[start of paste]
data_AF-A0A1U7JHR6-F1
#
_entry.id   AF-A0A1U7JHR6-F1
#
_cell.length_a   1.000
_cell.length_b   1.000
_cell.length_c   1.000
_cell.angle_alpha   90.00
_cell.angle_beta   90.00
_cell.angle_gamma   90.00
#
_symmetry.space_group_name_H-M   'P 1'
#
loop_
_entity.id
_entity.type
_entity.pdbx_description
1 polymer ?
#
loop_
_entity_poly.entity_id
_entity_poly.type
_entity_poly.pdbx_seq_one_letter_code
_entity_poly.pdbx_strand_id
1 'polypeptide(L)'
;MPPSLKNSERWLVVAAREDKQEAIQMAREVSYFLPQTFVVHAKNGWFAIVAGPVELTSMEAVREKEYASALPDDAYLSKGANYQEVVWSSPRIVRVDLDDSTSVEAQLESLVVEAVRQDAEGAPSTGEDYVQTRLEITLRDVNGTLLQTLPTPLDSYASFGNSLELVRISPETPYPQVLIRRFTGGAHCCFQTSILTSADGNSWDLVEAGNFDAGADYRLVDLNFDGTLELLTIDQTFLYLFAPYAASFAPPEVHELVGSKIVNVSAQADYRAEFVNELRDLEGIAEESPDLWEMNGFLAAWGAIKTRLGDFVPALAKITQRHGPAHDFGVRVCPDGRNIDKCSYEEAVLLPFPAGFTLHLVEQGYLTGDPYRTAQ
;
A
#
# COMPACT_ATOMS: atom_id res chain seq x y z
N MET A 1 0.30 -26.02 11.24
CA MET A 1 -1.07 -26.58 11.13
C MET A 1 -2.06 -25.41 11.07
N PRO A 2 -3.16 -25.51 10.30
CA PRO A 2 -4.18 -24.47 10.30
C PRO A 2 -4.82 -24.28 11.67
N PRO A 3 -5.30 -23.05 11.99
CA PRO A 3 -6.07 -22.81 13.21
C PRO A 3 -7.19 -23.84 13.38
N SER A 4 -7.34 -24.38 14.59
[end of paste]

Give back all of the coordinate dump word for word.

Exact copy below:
data_AF-A0A1U7JHR6-F1
#
_entry.id   AF-A0A1U7JHR6-F1
#
_cell.length_a   1.000
_cell.length_b   1.000
_cell.length_c   1.000
_cell.angle_alpha   90.00
_cell.angle_beta   90.00
_cell.angle_gamma   90.00
#
_symmetry.space_group_name_H-M   'P 1'
#
loop_
_entity.id
_entity.type
_entity.pdbx_description
1 polymer ?
#
loop_
_entity_poly.entity_id
_entity_poly.type
_entity_poly.pdbx_seq_one_letter_code
_entity_poly.pdbx_strand_id
1 'polypeptide(L)'
;MPPSLKNSERWLVVAAREDKQEAIQMAREVSYFLPQTFVVHAKNGWFAIVAGPVELTSMEAVREKEYASALPDDAYLSKGANYQEVVWSSPRIVRVDLDDSTSVEAQLESLVVEAVRQDAEGAPSTGEDYVQTRLEITLRDVNGTLLQTLPTPLDSYASFGNSLELVRISPETPYPQVLIRRFTGGAHCCFQTSILTSADGNSWDLVEAGNFDAGADYRLVDLNFDGTLELLTIDQTFLYLFAPYAASFAPPEVHELVGSKIVNVSAQADYRAEFVNELRDLEGIAEESPDLWEMNGFLAAWGAIKTRLGDFVPALAKITQRHGPAHDFGVRVCPDGRNIDKCSYEEAVLLPFPAGFTLHLVEQGYLTGDPYRTAQ
;
A
#
# COMPACT_ATOMS: atom_id res chain seq x y z
N MET A 1 0.30 -26.02 11.24
CA MET A 1 -1.07 -26.58 11.13
C MET A 1 -2.06 -25.41 11.07
N PRO A 2 -3.16 -25.51 10.30
CA PRO A 2 -4.18 -24.47 10.30
C PRO A 2 -4.82 -24.28 11.67
N PRO A 3 -5.30 -23.05 11.99
CA PRO A 3 -6.07 -22.81 13.21
C PRO A 3 -7.19 -23.84 13.38
N SER A 4 -7.34 -24.38 14.59